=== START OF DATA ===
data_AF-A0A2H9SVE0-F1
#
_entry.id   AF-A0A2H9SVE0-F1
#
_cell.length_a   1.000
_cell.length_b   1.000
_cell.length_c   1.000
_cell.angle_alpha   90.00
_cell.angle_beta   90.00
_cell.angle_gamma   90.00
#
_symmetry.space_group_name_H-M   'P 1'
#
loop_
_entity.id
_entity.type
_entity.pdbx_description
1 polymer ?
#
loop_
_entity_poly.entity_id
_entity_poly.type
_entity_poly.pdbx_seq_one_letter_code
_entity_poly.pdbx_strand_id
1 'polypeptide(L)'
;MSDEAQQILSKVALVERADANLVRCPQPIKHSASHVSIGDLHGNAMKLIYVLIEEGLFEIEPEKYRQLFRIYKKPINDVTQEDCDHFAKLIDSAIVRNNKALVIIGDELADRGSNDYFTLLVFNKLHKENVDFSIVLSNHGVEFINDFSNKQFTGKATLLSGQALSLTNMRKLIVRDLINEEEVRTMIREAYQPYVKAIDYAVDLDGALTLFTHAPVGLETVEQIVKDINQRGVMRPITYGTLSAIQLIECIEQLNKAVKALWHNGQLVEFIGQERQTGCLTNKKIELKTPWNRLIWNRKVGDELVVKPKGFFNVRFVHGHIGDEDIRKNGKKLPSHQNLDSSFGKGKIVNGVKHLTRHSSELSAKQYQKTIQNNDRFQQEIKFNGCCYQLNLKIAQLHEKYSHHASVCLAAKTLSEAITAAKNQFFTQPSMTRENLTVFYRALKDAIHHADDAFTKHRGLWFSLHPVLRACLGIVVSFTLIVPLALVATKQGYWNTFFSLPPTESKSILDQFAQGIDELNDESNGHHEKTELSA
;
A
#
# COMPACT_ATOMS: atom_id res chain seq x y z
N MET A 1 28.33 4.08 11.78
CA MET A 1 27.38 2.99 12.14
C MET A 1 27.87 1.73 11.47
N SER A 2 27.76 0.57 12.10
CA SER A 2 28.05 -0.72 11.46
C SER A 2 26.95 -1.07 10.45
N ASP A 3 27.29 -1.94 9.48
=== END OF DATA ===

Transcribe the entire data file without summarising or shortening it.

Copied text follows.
data_AF-A0A2H9SVE0-F1
#
_entry.id   AF-A0A2H9SVE0-F1
#
_cell.length_a   1.000
_cell.length_b   1.000
_cell.length_c   1.000
_cell.angle_alpha   90.00
_cell.angle_beta   90.00
_cell.angle_gamma   90.00
#
_symmetry.space_group_name_H-M   'P 1'
#
loop_
_entity.id
_entity.type
_entity.pdbx_description
1 polymer ?
#
loop_
_entity_poly.entity_id
_entity_poly.type
_entity_poly.pdbx_seq_one_letter_code
_entity_poly.pdbx_strand_id
1 'polypeptide(L)'
;MSDEAQQILSKVALVERADANLVRCPQPIKHSASHVSIGDLHGNAMKLIYVLIEEGLFEIEPEKYRQLFRIYKKPINDVTQEDCDHFAKLIDSAIVRNNKALVIIGDELADRGSNDYFTLLVFNKLHKENVDFSIVLSNHGVEFINDFSNKQFTGKATLLSGQALSLTNMRKLIVRDLINEEEVRTMIREAYQPYVKAIDYAVDLDGALTLFTHAPVGLETVEQIVKDINQRGVMRPITYGTLSAIQLIECIEQLNKAVKALWHNGQLVEFIGQERQTGCLTNKKIELKTPWNRLIWNRKVGDELVVKPKGFFNVRFVHGHIGDEDIRKNGKKLPSHQNLDSSFGKGKIVNGVKHLTRHSSELSAKQYQKTIQNNDRFQQEIKFNGCCYQLNLKIAQLHEKYSHHASVCLAAKTLSEAITAAKNQFFTQPSMTRENLTVFYRALKDAIHHADDAFTKHRGLWFSLHPVLRACLGIVVSFTLIVPLALVATKQGYWNTFFSLPPTESKSILDQFAQGIDELNDESNGHHEKTELSA
;
A
#
# COMPACT_ATOMS: atom_id res chain seq x y z
N MET A 1 28.33 4.08 11.78
CA MET A 1 27.38 2.99 12.14
C MET A 1 27.87 1.73 11.47
N SER A 2 27.76 0.57 12.10
CA SER A 2 28.05 -0.72 11.46
C SER A 2 26.95 -1.07 10.45
N ASP A 3 27.29 -1.94 9.48